Jan 31, 2017
Trip Report - Mato Grosso and Central Brazil
Author: Michael Cordonnier/Soybean & Corn Advisor, Inc.
Below are some of my observations after traveling for two weeks through Mato Grosso and central Brazil.
- January is the peak of the rainy season and it was certainly wet while we were there.
- It rained every day we were there except one. Some days there were numerous light showers throughout the day with heavy overcast skies. Other days, there were torrential downpours. We were in the city of Sao Paulo last Thursday as they celebrated 463 years since its founding amidst very heavy rain. In fact, January is going to be one of the wettest on record in the city of Sao Paulo.
- The heavy overcast skies only broke occasionally for a few hours of sunshine.
- The temperatures were warm, but lower than expected due to the overcast skies.
- We did not see a single combine in the field harvesting during our entire trip.
- January has turned out to be very wet across central and southeastern Brazil.
- The early harvest pace is slower than what had been anticipated. Imea originally estimated that the harvest pace in Mato Grosso at this point would be 25% complete, but wet weather has slowed the harvest which is now 16% complete. The normal harvest pace in Mato Grosso for this date is approximately 10% to 12%.
- Some early maturing soybeans have suffered quality concerns due to the wet weather and the delayed harvest. Some farmers are reporting that the soybeans are losing weight due to fungal diseases and that the soybeans might only be suitable for animal feed.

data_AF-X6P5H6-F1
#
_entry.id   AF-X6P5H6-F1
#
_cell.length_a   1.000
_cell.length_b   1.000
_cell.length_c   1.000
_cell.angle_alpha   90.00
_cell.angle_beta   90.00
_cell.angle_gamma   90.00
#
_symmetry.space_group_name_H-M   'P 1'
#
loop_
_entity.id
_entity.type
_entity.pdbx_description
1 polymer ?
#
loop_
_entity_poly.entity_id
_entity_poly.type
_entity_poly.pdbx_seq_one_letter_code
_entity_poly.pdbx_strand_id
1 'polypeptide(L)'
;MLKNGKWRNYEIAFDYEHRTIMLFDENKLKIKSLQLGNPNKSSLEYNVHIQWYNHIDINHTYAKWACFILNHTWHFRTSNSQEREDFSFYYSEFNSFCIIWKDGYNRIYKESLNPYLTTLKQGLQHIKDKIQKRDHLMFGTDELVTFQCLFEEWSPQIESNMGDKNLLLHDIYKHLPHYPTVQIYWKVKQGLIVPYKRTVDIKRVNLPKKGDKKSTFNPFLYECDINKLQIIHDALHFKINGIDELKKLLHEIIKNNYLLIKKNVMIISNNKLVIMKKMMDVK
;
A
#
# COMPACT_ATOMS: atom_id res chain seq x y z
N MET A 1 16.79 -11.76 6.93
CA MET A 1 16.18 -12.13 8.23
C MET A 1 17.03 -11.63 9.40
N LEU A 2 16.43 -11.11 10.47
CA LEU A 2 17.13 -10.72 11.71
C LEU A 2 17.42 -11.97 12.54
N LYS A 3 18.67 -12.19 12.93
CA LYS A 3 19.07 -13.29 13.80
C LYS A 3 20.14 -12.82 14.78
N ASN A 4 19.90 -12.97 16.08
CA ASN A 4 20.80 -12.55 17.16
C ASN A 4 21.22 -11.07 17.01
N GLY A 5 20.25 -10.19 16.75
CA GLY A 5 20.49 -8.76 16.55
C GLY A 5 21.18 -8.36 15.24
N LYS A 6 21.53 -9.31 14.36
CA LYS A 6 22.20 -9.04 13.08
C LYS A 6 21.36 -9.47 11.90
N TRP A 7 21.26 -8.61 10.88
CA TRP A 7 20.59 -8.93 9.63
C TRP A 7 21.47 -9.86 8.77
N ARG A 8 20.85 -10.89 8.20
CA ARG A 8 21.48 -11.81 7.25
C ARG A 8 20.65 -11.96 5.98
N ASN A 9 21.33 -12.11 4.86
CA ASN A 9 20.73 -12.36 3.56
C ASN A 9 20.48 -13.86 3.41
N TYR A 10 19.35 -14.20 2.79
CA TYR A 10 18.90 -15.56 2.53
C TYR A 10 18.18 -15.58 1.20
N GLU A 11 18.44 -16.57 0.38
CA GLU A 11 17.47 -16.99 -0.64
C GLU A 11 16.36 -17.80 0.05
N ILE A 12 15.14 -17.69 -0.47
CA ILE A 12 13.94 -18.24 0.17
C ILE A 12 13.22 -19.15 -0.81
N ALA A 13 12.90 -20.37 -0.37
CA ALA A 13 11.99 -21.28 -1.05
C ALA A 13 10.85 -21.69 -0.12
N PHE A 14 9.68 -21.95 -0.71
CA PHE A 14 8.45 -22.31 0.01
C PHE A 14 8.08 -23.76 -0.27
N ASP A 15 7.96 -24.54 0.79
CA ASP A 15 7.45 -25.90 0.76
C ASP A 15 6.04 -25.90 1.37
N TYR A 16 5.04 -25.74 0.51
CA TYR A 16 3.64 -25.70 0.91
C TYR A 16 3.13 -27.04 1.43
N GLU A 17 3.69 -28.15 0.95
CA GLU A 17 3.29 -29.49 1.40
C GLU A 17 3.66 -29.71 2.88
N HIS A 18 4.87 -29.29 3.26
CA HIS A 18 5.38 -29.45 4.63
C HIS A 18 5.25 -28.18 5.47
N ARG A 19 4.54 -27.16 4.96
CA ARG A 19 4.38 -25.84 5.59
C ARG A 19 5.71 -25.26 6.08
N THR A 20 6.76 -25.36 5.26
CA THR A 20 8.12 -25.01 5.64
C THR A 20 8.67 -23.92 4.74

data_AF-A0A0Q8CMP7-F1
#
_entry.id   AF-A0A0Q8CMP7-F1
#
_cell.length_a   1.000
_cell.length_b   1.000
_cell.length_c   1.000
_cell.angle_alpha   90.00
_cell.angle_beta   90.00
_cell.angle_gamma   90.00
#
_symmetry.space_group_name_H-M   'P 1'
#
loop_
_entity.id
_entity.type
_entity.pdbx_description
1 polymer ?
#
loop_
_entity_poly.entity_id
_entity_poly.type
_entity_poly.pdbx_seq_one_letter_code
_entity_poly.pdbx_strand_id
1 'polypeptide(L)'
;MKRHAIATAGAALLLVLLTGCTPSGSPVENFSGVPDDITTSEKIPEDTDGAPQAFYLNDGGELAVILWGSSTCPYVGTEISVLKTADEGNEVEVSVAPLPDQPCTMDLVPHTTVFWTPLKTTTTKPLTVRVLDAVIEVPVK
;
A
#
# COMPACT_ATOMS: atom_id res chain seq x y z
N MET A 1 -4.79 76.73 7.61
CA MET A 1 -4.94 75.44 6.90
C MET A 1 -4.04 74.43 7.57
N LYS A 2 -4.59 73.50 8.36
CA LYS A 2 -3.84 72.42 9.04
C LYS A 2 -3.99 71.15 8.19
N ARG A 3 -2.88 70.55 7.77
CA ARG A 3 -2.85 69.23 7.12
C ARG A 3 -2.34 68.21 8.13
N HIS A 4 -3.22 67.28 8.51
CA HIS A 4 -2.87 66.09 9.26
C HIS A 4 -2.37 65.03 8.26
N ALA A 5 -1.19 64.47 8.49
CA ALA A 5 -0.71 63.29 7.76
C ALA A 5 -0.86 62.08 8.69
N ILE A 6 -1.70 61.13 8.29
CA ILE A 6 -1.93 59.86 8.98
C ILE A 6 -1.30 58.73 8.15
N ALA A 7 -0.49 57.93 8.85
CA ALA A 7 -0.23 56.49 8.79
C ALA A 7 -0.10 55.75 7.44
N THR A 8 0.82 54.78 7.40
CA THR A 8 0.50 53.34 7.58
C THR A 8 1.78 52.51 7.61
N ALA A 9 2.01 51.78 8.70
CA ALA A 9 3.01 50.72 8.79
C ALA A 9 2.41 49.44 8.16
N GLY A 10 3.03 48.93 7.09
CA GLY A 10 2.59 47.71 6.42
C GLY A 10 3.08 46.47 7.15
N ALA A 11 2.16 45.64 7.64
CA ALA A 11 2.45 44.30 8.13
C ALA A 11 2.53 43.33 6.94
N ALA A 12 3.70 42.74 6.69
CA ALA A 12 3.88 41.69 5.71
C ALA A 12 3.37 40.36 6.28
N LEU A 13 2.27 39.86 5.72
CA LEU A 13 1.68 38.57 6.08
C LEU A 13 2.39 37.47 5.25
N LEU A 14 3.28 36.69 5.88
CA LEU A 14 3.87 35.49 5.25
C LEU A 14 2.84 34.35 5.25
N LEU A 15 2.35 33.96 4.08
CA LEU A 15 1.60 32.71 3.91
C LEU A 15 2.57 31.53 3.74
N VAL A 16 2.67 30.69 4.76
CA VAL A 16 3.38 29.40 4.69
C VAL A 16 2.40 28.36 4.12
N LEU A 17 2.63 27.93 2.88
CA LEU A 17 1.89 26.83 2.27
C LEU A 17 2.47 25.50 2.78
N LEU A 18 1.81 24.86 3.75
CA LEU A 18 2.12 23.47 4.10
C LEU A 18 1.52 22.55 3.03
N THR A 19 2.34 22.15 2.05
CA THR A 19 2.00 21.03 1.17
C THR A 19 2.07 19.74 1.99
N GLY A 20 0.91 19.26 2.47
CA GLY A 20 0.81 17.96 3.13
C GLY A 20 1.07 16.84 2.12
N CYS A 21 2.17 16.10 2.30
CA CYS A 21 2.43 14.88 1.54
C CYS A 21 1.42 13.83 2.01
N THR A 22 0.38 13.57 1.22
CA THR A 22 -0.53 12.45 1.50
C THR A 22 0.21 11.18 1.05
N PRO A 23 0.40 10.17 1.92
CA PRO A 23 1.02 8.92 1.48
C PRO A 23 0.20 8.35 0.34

- While the wet weather is impeding the early harvest, the ample moisture is good for the later maturing soybeans that are in the midst of pod filling.
- Early yield results from before the wet weather set in are generally good and they should get better as the harvest moves into the later maturing soybeans.
- Mato Grosso is still expected to set a new record high soybean production unless the weather continues to be excessively wet during February.
- We did not see much full-season corn, but what we did see generally looked good with a few exceptions.
- The safrinha corn is being planted slightly slower than anticipated due to the wet weather.
- The earliest planted safrinha corn was maybe six inches tall and the safrinha corn stands looked good.
- There is still uncertainty surrounding the safrinha corn acreage in Mato Grosso. Some analysts in Brazil are expecting a 15-20% increase in safrinha corn acreage while others are expecting an increase of 4-7%.
- We were pleasantly surprised by the condition of the highways in central Brazil. There are certainly in better shape today than in previous years.
- The biggest improvement is the lack of pot holes. It was very evident that there has been a concerted effort to fill in the pot holes.
- The number of trucks on the highways is heavier than ever, but the improved condition of the highways made traveling less stressful.
- BR-163 is the main highway in Mato Grosso and there has been some progress in making it into a four-lane highway.
- BR-163 is now a four-lane freeway from Rondonopolis south to border with Mato Grosso do Sul, which is about 120 kilometers. Between Rondonopolis and the state capital of Cuiaba, there are stretches that are now four lanes and north of Cuiaba, there are also other stretches that are four lanes. In total, approximately 900 kilometers of BR-163 are scheduled to be converted into a four-lane highway and I would estimate that maybe 150 kilometers have already been completed.
- The truck traffic was extremely heavy with trucks waiting everywhere for loads.
- Most of the major highways in central Brazil are now toll roads. In my opinion, the tolls are very steep with a passenger cars paying $1.50 to $2.00 every 50 to 60 kilometers. Big grain trucks pay $12.50 to $14.50 every 50 to 60 kilometers. A tandem grain truck would pay approximately $120 in tolls just to travel BR-163 within the state of Mato Grosso.
- We were there during the most recent truck driver strike and I sympathize with the truck drivers. They are losing money due to the low freight rates and there is not an easy solution to this dilemma. The low freight rates are good for farmers, but a disaster for transportation companies.
- There is more talk/discussion/meetings concerning further construction of railroads in Mato Grosso.